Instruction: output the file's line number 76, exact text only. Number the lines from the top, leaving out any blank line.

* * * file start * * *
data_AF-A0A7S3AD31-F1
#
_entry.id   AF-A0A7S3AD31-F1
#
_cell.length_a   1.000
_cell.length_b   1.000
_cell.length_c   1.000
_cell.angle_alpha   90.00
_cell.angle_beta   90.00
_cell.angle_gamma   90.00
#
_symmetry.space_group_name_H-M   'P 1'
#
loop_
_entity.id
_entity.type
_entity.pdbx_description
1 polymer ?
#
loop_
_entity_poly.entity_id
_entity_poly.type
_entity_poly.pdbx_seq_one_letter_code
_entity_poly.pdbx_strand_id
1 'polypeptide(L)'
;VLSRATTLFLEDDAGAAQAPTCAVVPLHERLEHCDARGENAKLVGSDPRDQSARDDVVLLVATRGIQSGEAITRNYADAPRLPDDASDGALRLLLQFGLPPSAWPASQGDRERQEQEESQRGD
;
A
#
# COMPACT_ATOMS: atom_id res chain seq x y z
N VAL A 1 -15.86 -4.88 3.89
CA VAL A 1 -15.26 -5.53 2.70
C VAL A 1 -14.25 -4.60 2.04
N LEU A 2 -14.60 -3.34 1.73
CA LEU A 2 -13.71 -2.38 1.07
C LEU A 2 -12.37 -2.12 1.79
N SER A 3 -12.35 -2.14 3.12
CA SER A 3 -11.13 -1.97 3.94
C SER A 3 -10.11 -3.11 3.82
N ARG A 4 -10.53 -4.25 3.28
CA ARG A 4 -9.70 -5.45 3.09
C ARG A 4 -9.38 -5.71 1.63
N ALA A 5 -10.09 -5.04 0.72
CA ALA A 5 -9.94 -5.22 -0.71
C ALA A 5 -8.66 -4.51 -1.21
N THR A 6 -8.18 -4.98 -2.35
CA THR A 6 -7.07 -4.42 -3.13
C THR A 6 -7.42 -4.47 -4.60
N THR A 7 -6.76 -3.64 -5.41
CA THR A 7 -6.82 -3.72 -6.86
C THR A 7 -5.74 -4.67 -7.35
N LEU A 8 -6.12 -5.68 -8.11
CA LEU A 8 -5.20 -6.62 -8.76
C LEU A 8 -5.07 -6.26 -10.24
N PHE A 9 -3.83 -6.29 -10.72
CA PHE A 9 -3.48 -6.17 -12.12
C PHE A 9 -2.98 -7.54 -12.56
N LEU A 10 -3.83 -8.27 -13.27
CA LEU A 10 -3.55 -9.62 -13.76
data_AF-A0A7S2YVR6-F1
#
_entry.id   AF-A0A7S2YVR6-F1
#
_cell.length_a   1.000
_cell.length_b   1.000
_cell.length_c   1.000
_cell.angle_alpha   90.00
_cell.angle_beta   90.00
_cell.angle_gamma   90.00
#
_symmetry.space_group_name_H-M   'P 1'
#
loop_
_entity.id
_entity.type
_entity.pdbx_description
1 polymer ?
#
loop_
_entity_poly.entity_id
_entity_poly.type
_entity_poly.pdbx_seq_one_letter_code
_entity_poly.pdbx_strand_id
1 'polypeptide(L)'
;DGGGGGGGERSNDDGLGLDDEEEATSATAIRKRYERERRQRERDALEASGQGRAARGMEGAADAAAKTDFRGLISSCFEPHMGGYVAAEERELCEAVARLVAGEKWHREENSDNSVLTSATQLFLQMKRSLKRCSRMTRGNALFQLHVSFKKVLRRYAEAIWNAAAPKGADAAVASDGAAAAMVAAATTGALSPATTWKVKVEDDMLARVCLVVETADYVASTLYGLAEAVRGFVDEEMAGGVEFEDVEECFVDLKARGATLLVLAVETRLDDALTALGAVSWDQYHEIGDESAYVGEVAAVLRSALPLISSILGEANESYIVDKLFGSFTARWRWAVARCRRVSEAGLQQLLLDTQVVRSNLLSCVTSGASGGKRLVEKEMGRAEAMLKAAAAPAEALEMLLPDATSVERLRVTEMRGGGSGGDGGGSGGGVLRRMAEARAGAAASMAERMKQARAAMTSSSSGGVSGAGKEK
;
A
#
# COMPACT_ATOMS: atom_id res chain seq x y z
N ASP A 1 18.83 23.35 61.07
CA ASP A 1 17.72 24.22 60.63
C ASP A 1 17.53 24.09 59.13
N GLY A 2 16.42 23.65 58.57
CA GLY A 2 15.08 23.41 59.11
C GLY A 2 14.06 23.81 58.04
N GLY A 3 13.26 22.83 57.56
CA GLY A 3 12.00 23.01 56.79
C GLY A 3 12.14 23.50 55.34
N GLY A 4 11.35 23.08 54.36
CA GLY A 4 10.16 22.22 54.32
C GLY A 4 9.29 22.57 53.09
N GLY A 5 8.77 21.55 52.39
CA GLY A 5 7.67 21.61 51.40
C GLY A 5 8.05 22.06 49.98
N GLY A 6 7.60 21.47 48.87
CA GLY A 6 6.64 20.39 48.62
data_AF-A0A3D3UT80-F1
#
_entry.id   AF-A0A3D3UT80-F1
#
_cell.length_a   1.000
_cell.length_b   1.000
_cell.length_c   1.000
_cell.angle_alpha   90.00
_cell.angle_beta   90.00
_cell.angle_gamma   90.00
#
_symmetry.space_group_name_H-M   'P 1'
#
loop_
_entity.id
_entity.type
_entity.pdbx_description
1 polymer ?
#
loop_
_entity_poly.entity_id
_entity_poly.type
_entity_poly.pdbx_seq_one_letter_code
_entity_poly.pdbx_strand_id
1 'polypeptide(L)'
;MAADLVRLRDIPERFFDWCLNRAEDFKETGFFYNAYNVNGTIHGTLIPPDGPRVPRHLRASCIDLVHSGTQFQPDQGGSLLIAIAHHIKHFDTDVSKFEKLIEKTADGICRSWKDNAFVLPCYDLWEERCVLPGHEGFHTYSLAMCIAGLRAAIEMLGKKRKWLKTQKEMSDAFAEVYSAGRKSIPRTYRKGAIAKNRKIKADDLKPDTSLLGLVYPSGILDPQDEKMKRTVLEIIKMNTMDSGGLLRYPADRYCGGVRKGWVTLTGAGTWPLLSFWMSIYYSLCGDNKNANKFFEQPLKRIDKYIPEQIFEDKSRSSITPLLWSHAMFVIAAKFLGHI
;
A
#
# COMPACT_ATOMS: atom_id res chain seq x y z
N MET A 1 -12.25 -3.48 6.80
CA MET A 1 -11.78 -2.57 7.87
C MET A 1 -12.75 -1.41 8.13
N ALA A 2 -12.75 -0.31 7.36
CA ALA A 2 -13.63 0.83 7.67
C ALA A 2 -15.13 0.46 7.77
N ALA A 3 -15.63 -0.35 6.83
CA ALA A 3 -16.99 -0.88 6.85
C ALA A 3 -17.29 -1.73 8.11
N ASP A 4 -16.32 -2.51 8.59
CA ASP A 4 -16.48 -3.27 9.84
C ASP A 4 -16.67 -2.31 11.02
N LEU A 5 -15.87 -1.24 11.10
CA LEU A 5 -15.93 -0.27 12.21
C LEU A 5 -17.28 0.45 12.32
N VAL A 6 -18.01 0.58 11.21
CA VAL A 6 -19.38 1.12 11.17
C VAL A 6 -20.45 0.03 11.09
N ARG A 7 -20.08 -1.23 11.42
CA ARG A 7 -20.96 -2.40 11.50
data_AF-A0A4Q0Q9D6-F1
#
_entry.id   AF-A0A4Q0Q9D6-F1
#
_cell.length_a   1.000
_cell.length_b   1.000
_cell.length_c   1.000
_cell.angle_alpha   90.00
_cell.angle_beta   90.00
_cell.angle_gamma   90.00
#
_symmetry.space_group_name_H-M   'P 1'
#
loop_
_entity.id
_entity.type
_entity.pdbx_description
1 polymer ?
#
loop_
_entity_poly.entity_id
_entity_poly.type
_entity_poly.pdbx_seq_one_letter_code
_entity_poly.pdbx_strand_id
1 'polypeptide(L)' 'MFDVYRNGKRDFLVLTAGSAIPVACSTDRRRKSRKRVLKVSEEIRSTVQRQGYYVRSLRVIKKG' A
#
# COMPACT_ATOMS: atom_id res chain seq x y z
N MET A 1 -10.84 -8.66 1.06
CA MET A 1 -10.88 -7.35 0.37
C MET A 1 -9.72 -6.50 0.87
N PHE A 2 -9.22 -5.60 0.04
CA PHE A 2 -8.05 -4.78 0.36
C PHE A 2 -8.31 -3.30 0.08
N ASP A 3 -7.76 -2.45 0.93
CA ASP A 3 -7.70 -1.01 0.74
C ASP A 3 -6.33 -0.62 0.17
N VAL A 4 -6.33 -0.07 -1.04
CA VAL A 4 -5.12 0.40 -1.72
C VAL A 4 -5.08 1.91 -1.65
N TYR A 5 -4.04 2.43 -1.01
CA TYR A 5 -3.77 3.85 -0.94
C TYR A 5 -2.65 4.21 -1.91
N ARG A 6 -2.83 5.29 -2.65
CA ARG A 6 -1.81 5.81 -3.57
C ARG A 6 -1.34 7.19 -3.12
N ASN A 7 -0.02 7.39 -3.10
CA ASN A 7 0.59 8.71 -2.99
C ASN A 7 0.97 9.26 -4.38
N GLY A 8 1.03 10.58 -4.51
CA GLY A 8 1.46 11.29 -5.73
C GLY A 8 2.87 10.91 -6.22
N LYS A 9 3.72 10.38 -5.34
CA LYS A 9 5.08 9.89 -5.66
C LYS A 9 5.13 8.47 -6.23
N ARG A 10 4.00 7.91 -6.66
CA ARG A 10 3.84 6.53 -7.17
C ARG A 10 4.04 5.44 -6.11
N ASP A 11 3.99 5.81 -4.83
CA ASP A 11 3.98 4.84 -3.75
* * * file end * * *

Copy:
_entity.pdbx_description